Increased head circumference
Increased head circumference is when the measured distance around the widest part of the skull is larger than expected for the child's age and background.
A newborn's head is usually about 2 centimeters larger than the chest size. Between 6 months and 2 years, both measurements are about equal. After 2 years, the chest size becomes larger than the head.
A series of measurements over time that show an increased rate of head growth often can provide more valuable information than a single measurement that is larger than expected.
Increased pressure in the head (increased intracranial pressure) often accompanies increased head circumference. Symptoms associated with this condition include:
See also: Bulging fontanelles
Call your health care provider if
The health care provider usually finds macrocephaly during a routine well-baby exam.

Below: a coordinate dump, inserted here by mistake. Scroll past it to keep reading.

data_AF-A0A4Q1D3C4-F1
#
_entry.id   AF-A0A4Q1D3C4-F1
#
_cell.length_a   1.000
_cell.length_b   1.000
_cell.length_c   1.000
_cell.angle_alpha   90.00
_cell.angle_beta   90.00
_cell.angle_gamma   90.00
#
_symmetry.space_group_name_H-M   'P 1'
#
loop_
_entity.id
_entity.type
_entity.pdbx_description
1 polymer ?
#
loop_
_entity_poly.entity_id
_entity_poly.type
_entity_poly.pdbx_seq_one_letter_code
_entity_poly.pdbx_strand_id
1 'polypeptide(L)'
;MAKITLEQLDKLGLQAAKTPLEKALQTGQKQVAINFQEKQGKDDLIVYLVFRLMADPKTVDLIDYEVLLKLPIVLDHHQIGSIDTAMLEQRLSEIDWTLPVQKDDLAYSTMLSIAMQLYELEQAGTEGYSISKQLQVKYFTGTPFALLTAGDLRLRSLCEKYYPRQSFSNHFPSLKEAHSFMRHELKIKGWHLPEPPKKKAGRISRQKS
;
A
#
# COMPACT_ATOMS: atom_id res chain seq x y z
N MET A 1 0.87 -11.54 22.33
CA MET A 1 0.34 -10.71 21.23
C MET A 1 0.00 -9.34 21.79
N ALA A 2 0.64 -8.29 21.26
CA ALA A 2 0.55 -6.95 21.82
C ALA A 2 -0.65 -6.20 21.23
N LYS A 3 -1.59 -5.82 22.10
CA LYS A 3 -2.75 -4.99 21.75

What to expect at your health care provider's office
The health care provider will take a medical history and will perform a physical examination.
Medical history questions may include:
- Time pattern
- When did you first notice that the baby's head seemed large?
- Does the baby's head size seem to be increasing faster in proportion to the growth of the body?
- Does the head seem larger all over?
- Is the head growing more in a front-to-back pattern or in a side-to-side pattern?
- What other symptoms are present (especially changes in brain or nervous system functions)?
Physical examination may include repeated measurements of the head circumference over a period of time to confirm that the head circumference is significantly increased. In some cases a single measurement is enough to confirm a significant increase.
Diagnostic tests may vary depending on the suspected cause, but often include:
After seeing your health care provider:
If your health care provider diagnosed the cause of increased head circumference, you may want to note that diagnosis in your personal medical record.
Reviewed By: Neil K. Kaneshiro, MD, MHA, Clinical Assistant Professor of Pediatrics, University of Washington School of Medicine. Also reviewed by David Zieve, MD, MHA, Medical Director, A.D.A.M., Inc.